MADISON, Wis. — In a positive step on the path to fair legislative maps in Wisconsin, the Wisconsin Supreme Court has officially decided it will take up a case that challenges the current partisan gerrymander and seeks to ensure every Wisconsinite’s voice holds equal weight in our elections, and that politicians can no longer carve up our communities for their own political gain.
According to A Better Wisconsin Together Executive Director Chris Walloch, the progressive court majority’s decision to hear a case is a win for fair elections and the will of the people.
“Wisconsinites deserve maps that accurately represent our diverse communities, and to know that all of our voices hold equal weight in our elections,” said Walloch. “By deciding to take up this case, the Wisconsin Supreme Court is doing what the public elected them to do – hear cases where the rights and freedoms of Wisconsinites are at stake.”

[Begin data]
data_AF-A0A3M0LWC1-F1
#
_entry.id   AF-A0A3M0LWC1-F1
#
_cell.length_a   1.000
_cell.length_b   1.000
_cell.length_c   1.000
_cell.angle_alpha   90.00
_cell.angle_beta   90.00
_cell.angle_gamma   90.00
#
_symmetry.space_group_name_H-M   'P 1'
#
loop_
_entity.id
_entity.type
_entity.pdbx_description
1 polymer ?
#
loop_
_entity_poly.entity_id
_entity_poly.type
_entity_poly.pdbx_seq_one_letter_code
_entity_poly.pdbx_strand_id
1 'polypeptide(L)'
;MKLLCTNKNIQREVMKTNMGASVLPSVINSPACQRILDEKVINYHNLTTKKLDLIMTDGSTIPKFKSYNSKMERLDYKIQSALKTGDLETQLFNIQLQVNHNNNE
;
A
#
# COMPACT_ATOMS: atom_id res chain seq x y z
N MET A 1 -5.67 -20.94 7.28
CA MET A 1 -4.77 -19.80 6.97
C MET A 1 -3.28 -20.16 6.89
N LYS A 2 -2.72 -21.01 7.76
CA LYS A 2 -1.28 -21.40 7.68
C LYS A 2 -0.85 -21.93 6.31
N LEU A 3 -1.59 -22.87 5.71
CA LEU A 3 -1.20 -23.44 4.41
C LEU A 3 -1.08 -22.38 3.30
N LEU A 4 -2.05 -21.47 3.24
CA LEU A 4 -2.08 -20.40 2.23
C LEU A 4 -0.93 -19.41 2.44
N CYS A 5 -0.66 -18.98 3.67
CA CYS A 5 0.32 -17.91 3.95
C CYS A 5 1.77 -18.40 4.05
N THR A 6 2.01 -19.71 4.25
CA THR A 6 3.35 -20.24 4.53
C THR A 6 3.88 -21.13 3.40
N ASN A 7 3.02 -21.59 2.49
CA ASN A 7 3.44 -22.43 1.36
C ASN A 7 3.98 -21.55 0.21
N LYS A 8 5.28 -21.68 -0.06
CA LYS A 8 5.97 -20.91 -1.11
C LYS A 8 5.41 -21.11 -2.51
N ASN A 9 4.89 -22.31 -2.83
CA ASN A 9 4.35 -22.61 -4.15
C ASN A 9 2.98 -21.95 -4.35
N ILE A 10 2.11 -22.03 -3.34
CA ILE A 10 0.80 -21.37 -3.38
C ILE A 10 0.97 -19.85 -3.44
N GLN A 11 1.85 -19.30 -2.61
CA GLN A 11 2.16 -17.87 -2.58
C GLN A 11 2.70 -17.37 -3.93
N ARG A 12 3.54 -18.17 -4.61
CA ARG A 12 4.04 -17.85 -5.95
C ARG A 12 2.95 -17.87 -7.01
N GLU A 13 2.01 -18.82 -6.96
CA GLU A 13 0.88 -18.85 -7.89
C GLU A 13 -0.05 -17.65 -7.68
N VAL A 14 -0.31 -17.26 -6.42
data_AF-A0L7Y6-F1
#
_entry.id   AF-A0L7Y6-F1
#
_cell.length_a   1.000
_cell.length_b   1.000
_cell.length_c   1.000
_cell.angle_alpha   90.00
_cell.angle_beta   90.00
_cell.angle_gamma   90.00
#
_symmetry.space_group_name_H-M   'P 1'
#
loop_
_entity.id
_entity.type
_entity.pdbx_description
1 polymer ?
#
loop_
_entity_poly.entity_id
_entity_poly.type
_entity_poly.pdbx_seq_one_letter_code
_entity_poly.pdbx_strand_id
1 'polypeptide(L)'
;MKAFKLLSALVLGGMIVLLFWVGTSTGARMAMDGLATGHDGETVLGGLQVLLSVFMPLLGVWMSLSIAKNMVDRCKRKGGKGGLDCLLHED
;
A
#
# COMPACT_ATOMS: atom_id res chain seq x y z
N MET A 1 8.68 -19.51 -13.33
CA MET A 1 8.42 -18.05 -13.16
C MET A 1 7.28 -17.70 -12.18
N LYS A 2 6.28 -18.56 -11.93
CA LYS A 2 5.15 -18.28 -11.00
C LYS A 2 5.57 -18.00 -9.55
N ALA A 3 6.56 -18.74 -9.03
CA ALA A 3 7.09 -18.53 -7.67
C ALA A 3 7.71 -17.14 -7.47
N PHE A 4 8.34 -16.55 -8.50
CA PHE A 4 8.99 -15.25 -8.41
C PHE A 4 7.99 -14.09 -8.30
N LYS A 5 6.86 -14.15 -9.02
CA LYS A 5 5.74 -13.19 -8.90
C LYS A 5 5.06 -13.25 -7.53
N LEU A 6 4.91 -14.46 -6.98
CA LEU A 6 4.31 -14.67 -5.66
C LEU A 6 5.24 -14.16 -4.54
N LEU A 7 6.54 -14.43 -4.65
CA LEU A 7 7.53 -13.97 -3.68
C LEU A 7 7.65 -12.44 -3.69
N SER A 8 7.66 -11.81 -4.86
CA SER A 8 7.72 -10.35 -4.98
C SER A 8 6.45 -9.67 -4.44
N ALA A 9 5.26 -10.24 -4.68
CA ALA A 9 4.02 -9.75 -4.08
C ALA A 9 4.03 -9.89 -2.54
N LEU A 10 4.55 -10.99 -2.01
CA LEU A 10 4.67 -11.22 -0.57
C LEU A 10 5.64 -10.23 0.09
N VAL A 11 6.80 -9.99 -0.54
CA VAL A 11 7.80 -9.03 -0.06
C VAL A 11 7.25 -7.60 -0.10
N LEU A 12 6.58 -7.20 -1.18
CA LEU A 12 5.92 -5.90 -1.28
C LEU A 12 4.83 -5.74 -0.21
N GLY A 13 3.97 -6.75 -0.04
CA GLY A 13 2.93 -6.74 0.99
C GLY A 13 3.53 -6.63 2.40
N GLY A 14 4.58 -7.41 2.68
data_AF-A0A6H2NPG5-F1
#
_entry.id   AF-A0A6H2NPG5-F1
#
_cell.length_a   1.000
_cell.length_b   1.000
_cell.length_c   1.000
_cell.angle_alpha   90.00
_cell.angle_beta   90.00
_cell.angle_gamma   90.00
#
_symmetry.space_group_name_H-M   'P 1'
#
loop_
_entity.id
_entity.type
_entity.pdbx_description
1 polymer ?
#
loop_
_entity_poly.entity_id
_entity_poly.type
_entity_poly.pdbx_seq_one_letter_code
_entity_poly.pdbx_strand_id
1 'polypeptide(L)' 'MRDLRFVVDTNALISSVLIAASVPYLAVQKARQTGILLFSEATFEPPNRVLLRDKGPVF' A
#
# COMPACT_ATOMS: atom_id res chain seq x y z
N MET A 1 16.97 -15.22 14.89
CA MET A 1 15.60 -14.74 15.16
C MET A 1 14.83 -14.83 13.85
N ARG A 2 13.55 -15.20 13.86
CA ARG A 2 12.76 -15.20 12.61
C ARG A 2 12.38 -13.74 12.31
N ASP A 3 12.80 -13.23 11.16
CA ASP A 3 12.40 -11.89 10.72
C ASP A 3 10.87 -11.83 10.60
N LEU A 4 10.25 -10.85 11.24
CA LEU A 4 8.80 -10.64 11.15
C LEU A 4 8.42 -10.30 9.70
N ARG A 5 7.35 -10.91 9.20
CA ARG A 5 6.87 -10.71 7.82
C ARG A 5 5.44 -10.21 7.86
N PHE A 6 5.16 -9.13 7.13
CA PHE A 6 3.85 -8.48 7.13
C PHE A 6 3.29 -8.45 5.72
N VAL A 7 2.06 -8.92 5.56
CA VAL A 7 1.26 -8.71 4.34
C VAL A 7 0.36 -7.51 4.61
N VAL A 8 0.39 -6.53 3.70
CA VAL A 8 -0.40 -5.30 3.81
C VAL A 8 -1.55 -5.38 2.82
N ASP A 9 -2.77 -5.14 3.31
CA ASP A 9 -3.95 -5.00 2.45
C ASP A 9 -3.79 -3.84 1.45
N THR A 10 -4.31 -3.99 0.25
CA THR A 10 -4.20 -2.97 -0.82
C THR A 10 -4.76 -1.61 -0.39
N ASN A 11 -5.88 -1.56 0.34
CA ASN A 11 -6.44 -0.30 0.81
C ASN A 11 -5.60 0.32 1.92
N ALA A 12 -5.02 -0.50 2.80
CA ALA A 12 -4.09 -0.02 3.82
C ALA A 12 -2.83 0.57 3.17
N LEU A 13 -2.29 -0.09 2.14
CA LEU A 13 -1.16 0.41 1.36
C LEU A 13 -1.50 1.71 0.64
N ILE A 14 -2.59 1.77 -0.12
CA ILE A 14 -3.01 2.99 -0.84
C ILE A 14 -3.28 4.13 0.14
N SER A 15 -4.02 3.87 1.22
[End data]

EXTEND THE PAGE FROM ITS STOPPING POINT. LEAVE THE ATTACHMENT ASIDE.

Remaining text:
According to an analysis from legal experts at UW-Madison, Wisconsin’s current Republican-drawn legislative maps are some of the most gerrymandered maps in the nation.
“Voters should pick our leaders, not the other way around,” Walloch continued. “Wisconsin’s current maps do not reflect that, and were drawn up by right-wing politicians in a way that only benefits their own political agenda. This means that Wisconsin’s partisan gerrymander is causing real and tangible harm to our communities.”
Public polling shows that 68% of Wisconsinites support safe and legal abortion access, 85% support common sense gun safety laws, and 64% support marijuana legalization – but the Republican-controlled legislature has blocked action on these popular policies at every turn, thanks to the partisan maps they rigged for themselves.
Further polling also shows that a majority (87%) of Wisconsinites oppose gerrymandering and want to see a change.
“The current maps reflect a long history of partisan map drawing that enables right-wing politicians to rig the rules for their own benefit, while the issues Wisconsin voters care about have gone unaddressed,” said Walloch. “We are appreciative of the court’s willingness to give fair maps a fair shot in Wisconsin.”